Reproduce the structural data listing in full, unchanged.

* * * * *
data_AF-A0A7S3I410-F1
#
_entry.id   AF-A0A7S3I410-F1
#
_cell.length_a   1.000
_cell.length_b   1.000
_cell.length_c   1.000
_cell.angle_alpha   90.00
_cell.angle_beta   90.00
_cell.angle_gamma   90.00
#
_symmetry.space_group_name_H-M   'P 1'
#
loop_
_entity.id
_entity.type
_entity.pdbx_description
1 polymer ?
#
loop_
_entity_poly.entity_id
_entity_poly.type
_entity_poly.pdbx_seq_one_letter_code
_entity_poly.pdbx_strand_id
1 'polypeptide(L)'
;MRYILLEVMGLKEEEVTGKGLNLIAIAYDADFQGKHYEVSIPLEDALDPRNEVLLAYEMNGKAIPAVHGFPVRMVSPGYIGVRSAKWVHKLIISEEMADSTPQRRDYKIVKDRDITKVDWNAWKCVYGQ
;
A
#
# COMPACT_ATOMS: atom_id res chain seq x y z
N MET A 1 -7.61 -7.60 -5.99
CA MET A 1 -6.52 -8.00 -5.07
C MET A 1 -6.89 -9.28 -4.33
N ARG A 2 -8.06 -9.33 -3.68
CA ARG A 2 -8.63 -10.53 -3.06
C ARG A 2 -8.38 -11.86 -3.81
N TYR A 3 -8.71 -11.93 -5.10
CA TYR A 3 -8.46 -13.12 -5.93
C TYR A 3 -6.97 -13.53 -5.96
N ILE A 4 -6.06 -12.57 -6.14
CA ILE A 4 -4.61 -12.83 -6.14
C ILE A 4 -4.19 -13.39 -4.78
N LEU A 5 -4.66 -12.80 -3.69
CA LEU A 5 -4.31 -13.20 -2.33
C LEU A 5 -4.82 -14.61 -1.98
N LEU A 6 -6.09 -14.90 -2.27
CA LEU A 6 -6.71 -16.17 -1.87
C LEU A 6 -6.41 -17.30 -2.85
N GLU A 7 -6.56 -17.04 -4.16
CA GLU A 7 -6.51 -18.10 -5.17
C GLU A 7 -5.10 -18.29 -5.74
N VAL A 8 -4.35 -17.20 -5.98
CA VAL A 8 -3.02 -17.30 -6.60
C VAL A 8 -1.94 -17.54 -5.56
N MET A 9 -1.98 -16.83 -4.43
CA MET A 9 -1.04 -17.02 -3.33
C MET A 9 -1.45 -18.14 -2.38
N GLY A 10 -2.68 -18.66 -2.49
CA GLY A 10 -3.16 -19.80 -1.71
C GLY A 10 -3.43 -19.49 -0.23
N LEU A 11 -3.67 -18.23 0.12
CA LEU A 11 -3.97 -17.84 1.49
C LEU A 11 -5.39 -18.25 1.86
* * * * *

data_AF-A0A7S3I410-F1
#
_entry.id   AF-A0A7S3I410-F1
#
_cell.length_a   1.000
_cell.length_b   1.000
_cell.length_c   1.000
_cell.angle_alpha   90.00
_cell.angle_beta   90.00
_cell.angle_gamma   90.00
#
_symmetry.space_group_name_H-M   'P 1'
#
loop_
_entity.id
_entity.type
_entity.pdbx_description
1 polymer ?
#
loop_
_entity_poly.entity_id
_entity_poly.type
_entity_poly.pdbx_seq_one_letter_code
_entity_poly.pdbx_strand_id
1 'polypeptide(L)'
;MRYILLEVMGLKEEEVTGKGLNLIAIAYDADFQGKHYEVSIPLEDALDPRNEVLLAYEMNGKAIPAVHGFPVRMVSPGYIGVRSAKWVHKLIISEEMADSTPQRRDYKIVKDRDITKVDWNAWKCVYGQ
;
A
#
# COMPACT_ATOMS: atom_id res chain seq x y z
N MET A 1 -7.61 -7.60 -5.99
CA MET A 1 -6.52 -8.00 -5.07
C MET A 1 -6.89 -9.28 -4.33
N ARG A 2 -8.06 -9.33 -3.68
CA ARG A 2 -8.63 -10.53 -3.06
C ARG A 2 -8.38 -11.86 -3.81
N TYR A 3 -8.71 -11.93 -5.10
CA TYR A 3 -8.46 -13.12 -5.93
C TYR A 3 -6.97 -13.53 -5.96
N ILE A 4 -6.06 -12.57 -6.14
CA ILE A 4 -4.61 -12.83 -6.14
C ILE A 4 -4.19 -13.39 -4.78
N LEU A 5 -4.66 -12.80 -3.69
CA LEU A 5 -4.31 -13.20 -2.33
C LEU A 5 -4.82 -14.61 -1.98
N LEU A 6 -6.09 -14.90 -2.27
CA LEU A 6 -6.71 -16.17 -1.87
C LEU A 6 -6.41 -17.30 -2.85
N GLU A 7 -6.56 -17.04 -4.16
CA GLU A 7 -6.51 -18.10 -5.17
C GLU A 7 -5.10 -18.29 -5.74
N VAL A 8 -4.35 -17.20 -5.98
CA VAL A 8 -3.02 -17.30 -6.60
C VAL A 8 -1.94 -17.54 -5.56
N MET A 9 -1.98 -16.83 -4.43
CA MET A 9 -1.04 -17.02 -3.33
C MET A 9 -1.45 -18.14 -2.38
N GLY A 10 -2.68 -18.66 -2.49
CA GLY A 10 -3.16 -19.80 -1.71
C GLY A 10 -3.43 -19.49 -0.23
N LEU A 11 -3.67 -18.23 0.12
CA LEU A 11 -3.97 -17.84 1.49
C LEU A 11 -5.39 -18.25 1.86